BOB DYLAN- The Bootleg Series Volumes 1-3 (Columbia Records, 1999)- With 58 tracks, this three-CD set begins with Dylan's self-titled debut album and continues to "Oh Mercy," issued in 1989. Much of Dylan's material has been bootlegged and this release was meant to satisfy demand from fans for such material. Most of the songs are outtakes from recording sessions. The set opens with "Hard Times in New York Town," recorded in a Minnesota hotel room on Dec. 12, 1961.
THE DOORS- Complete Studio Recordings (Elektra Records, 1999)- This box contains all six studio albums the group recorded before the untimely demise of lead singer Jim Morrison. A 7th disc showcases live cuts and demos from the 1965-70 period, including the bonus cut, "Woman Is a Devil" from 1969. The Doors seem to be rediscovered by every generation and one listen to this timeless set will demonstrate the group's enduring popularity.
THE JIMI HENDRIX EXPERIENCE- (MCA Records, 2000)- What can be said about the immortal Jimi Hendrix which hasn't already been said? This four-CD, 56-song box lets the music do the talking. The set opens with "Purple Haze," not the hit from 1967, but an alternate take from Jimi's first official recording session with the Experience. As the discs play, we hear the extraordinary progression of a musical genius in a recording career which was remarkably short and remarkably fruitful.
GRATEFUL DEAD- The Golden Road (Warner Brothers, 2001)- America's greatest live band for three decades before founder Jerry Garcia died in 1995, this 12-disc box set contains nine albums the Dead recorded from 1965-1973. The Dead's output during this period is remarkable in both quality and quantity. In addition, early studio sides and live cuts are collected on the two-disc "Birth of the Dead." Most of the albums also contain bonus material. Other Dead recordings are compiled on a second box set entitled "So Many Roads" on Arista Records.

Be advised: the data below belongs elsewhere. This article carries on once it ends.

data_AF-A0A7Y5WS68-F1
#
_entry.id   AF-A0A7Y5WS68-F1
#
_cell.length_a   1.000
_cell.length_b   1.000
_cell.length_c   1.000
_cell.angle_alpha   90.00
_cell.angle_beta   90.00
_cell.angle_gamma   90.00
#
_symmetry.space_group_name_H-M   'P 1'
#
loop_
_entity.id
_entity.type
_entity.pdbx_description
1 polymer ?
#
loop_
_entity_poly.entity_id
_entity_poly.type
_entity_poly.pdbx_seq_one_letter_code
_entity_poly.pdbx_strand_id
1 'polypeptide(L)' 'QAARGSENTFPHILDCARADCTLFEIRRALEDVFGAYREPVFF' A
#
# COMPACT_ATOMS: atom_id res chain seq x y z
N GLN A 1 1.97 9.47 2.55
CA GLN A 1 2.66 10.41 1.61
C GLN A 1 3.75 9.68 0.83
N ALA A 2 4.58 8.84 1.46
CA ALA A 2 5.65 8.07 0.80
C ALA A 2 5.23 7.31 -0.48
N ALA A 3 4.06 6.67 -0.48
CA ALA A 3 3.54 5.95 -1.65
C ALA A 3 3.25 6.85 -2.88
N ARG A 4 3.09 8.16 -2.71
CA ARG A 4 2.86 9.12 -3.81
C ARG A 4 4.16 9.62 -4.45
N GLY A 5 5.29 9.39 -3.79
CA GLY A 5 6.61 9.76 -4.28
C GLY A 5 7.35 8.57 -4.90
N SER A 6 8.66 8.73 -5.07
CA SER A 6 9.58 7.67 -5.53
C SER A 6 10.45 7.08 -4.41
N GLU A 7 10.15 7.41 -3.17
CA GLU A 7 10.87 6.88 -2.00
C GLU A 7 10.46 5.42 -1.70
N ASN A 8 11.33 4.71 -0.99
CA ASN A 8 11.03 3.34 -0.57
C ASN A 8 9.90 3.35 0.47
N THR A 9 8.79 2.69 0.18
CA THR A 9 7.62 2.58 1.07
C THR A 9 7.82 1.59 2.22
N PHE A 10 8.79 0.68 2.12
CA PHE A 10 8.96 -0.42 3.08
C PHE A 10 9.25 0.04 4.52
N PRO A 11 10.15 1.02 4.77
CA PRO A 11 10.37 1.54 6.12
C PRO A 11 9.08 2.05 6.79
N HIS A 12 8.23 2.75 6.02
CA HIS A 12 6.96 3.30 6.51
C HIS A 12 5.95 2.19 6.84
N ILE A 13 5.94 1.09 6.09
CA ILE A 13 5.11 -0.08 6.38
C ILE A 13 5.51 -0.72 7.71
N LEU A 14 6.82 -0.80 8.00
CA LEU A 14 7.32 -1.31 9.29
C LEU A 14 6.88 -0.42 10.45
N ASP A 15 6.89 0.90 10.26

CREEDENCE CLEARWATER REVIVAL- (Fantasy, 2001)- CCR's finely-crafted studio and live albums are collected here in all their glory, each one illustrating the multi-talented John Fogerty. That's not exaggeration considering Fogerty composed, arranged, produced, sang and played guitar on nearly all these tracks. The box set also features a disc of pre-Creedence recordings by Tommy Fogerty & the Blue Velvets and the Golliwogs.
THE BEATLES- In Mono (Apple Records, 2009)- Of course, The Beatles Stereo Box is essential, but "In Mono" is revelatory. That's because the the Fab Four put considerable effort into the monaural mixing of their recordings until stereo finally dominated in 1969. Consequently, a powerful sound emanates from the speakers compared to primitive stereo on the early albums. When the "White Album" was released in 1968, only the stereo version was released in the U. S. Many Americans have never heard the distinctly different mono mixes contained on this set. If you know every Beatles song in stereo by heart, you'll be in for a surprise.
Of the myriad CD box sets released since the 1980s, these are the ten I consider to be the most worthwhile. I could easily have named twice as many by including the likes of John Lennon, Led Zeppelin, Janis Joplin, Buffalo Springfield, the Zombies, Pink Floyd, Rolling Stones, etc., but that's what's so challenging about about compiling a Top Ten list.
Now, if you'll excuse me, I'm going to listen to an Eric Clapton compact disc or two.